New Spousal Beneficiary Option to be Treated as the Original Plan Holder
Spouses have always received special treatment when inheriting an IRA, 401(k), or other retirement plan. SECURE 2.0 adds a new option, which is to be treated as the deceased spouse.
For spouses who inherit an account from a younger partner, this can have several advantages:
- RMDs are delayed until the deceased spouse would have reached the applicable age.
- RMDs are then based on the Uniform Lifetime Table using the deceased spouse’s age, rather than on the Single Lifetime Table using the inheriting spouse’s age.
- If the surviving spouse dies before RMDs begin, their beneficiaries will be treated as if they were the original beneficiaries on the account, which may change their distribution options.
SIMPLE IRA Plan Changes
Increased Employer Contributions for SIMPLE IRA Plans
Starting in the 2024 tax year, contribution limits for SIMPLE IRA plans will increase.
SIMPLE plans require employer contributions of either 2% of compensation or 3% of employee elective deferral contributions. Section 116 of the Act permits employers to make additional contributions up to the lesser of 10% of compensation or $5,000.
Section 117 increases the annual deferral limits to 110% of the 2024 limit, with indexing to inflation in future years, for employers with no more than 25 employees.
Employers with 26-100 employees can also provide these higher limits, but only if they provide a 4% match or a 3% employer contribution.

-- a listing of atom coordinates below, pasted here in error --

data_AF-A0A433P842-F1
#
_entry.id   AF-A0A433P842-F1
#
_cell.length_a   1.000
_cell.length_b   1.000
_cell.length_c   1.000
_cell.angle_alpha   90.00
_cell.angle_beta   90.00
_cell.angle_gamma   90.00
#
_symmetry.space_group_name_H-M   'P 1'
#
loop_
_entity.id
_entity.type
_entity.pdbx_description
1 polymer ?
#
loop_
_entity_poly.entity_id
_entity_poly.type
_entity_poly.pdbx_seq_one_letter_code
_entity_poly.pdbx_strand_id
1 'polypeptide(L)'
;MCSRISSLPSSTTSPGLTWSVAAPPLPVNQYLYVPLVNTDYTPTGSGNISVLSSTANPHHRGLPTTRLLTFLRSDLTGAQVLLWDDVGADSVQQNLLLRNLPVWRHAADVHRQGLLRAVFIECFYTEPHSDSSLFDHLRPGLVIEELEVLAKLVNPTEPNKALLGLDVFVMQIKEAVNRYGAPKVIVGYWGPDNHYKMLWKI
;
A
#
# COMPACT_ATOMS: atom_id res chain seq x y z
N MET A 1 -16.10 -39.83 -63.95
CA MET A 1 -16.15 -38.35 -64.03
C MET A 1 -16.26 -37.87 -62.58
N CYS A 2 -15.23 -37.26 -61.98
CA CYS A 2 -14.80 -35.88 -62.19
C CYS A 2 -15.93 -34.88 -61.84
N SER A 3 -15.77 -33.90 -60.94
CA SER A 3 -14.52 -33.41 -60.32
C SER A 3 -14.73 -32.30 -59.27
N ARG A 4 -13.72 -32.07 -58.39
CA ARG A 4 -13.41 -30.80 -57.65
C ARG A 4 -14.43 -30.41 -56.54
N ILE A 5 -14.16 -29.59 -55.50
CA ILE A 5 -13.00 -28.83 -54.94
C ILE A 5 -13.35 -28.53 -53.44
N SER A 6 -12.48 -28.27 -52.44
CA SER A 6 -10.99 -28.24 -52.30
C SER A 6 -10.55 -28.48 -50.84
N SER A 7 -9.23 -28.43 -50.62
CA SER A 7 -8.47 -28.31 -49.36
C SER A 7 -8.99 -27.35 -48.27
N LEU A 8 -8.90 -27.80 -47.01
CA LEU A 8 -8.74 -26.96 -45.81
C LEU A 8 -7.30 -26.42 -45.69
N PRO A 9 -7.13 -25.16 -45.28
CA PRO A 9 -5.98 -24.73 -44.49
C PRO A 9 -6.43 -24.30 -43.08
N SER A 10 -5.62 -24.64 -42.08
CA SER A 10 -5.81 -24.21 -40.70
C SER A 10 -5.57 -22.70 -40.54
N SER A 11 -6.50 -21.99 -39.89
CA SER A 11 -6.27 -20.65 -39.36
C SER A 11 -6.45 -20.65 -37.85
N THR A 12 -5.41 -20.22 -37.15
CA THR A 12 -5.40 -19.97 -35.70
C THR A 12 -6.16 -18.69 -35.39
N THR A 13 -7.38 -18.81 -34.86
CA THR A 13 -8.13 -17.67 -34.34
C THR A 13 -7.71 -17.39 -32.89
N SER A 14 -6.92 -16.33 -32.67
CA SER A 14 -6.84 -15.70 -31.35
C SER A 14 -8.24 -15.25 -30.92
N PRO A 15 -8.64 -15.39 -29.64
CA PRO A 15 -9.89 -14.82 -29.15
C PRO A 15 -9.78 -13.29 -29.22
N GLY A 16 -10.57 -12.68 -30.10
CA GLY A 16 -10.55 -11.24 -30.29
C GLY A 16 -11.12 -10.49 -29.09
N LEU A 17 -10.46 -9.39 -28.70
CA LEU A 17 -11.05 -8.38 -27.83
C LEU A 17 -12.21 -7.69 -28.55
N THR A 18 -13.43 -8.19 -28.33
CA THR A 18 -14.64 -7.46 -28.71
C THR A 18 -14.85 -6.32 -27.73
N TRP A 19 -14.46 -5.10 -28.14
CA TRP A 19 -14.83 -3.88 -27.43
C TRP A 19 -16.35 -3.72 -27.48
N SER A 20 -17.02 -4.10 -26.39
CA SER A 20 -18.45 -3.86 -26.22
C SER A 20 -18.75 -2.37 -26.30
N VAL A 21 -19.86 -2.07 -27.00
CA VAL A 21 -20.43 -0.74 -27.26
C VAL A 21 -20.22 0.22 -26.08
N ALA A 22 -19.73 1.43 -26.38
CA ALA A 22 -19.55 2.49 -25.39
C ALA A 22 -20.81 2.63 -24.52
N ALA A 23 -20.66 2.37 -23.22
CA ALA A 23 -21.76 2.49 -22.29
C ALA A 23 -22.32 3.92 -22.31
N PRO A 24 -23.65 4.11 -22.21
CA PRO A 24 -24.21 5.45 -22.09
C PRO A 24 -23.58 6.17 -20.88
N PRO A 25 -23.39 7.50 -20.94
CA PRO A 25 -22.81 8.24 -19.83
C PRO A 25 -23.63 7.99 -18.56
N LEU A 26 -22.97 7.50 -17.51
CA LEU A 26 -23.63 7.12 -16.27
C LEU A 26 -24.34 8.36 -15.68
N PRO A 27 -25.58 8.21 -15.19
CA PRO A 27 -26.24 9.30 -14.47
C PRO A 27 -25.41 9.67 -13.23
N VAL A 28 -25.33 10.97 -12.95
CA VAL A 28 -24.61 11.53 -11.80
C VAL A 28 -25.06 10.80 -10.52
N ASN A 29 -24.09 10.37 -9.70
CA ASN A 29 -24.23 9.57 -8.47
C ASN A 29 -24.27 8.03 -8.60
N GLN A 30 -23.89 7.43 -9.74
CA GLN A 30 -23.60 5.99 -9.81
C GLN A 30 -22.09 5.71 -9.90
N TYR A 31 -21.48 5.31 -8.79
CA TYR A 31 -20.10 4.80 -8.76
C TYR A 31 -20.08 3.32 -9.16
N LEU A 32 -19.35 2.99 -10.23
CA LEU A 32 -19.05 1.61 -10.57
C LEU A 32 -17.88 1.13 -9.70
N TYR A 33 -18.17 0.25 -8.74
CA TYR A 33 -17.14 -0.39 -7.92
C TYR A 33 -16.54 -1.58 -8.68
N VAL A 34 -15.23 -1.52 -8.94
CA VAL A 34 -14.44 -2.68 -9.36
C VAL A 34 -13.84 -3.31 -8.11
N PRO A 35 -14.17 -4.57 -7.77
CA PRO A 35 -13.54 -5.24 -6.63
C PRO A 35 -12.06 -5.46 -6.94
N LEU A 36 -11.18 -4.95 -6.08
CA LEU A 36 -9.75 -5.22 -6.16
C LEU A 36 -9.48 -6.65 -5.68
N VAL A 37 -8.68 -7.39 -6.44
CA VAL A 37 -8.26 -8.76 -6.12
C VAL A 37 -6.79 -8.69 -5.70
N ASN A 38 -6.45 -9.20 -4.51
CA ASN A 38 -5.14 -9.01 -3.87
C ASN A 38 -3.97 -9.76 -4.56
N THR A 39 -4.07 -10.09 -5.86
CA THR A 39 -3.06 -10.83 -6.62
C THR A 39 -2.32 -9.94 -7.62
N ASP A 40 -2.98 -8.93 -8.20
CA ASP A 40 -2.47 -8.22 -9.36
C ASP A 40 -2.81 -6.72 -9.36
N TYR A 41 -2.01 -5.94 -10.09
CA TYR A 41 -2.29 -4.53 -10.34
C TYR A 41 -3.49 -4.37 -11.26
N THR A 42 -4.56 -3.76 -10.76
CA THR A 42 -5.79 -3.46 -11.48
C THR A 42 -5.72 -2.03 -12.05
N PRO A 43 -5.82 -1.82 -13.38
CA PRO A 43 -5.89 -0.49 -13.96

Solo 401(k) Plan Changes
First Year Solo 401(k) Employee Deferrals
Prior to the 2019 SECURE Act, you had to establish a Solo 401(k) by December 31st of the plan year to be able to make contributions at all.
SECURE 1.0 allowed for a plan to be established up until the tax filing date of the business, including extensions and still accept employer contributions only for the prior tax year.
SECURE 2.0 permits self-employed plan participants who are sole proprietors or sole owners of a pass-through LLC to make employee deferrals to a plan that is established between the end of the tax year and the tax filing date.
This new rule starts with the 2023 plan year.
401(k) Eligibility for Part-Time Employees
The original SECURE Act of 2019 extended 401(k) eligibility to “long-term part-time” employees working more than 500 hours per year for three consecutive years beginning in 2021.
SECURE 2.0 reduces the years of service to two starting in 2023. Such part-time employees will be eligible for plan participation starting in 2025.
Amendment Deadline in 2025
The deadline to adopt 401(k) plan amendments to reflect the new laws the end of 2025. We will not be surprised if this deadline gets extended for at least some of the more complex new rules.